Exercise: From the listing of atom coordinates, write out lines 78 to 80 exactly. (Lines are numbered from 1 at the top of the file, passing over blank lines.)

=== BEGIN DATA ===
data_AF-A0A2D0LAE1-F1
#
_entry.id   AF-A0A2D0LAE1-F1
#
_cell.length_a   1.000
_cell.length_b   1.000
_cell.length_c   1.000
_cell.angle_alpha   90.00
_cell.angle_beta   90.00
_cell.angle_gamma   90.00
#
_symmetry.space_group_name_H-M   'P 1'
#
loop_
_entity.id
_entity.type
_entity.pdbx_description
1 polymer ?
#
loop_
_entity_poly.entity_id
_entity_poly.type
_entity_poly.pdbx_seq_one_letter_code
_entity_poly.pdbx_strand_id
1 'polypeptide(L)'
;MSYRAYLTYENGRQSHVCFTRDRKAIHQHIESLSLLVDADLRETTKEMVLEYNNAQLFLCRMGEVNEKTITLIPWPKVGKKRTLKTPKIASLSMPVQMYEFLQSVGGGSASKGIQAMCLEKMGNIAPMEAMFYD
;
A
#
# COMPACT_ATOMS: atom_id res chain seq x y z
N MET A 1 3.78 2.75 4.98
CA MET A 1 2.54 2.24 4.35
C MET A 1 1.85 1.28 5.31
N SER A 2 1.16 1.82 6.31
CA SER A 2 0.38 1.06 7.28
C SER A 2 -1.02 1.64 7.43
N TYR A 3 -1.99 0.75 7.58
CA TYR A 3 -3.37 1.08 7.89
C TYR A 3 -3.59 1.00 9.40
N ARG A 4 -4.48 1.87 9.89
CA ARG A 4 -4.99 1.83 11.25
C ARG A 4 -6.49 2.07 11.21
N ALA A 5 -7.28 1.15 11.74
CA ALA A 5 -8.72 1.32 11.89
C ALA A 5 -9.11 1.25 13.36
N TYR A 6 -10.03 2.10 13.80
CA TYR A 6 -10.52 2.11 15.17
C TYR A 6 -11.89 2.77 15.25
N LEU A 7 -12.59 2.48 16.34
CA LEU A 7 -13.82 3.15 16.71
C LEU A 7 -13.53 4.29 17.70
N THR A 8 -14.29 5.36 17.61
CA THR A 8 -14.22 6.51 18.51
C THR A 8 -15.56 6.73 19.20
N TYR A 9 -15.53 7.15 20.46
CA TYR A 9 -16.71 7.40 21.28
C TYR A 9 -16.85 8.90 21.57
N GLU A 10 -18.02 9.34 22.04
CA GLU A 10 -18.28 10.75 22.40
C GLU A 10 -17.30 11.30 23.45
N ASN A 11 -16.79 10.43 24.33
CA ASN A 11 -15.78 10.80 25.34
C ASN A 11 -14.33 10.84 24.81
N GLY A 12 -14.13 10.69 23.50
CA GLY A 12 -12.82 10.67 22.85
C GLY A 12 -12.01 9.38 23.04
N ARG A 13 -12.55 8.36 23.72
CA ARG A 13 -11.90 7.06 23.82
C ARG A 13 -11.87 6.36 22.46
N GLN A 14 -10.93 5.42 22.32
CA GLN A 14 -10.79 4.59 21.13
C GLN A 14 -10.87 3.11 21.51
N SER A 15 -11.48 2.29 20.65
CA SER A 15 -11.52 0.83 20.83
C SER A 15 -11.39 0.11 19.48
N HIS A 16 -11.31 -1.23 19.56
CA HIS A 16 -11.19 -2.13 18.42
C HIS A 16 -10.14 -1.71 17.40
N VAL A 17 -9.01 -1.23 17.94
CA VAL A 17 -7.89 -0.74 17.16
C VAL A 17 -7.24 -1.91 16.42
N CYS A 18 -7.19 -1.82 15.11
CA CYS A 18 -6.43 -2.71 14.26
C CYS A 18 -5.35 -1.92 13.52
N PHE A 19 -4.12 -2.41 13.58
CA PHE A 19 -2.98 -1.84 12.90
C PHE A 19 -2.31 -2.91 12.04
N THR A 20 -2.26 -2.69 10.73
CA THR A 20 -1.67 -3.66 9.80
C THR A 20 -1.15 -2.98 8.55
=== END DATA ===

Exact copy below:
C HIS A 16 -10.14 -1.71 17.40
N VAL A 17 -9.01 -1.23 17.94
CA VAL A 17 -7.89 -0.74 17.16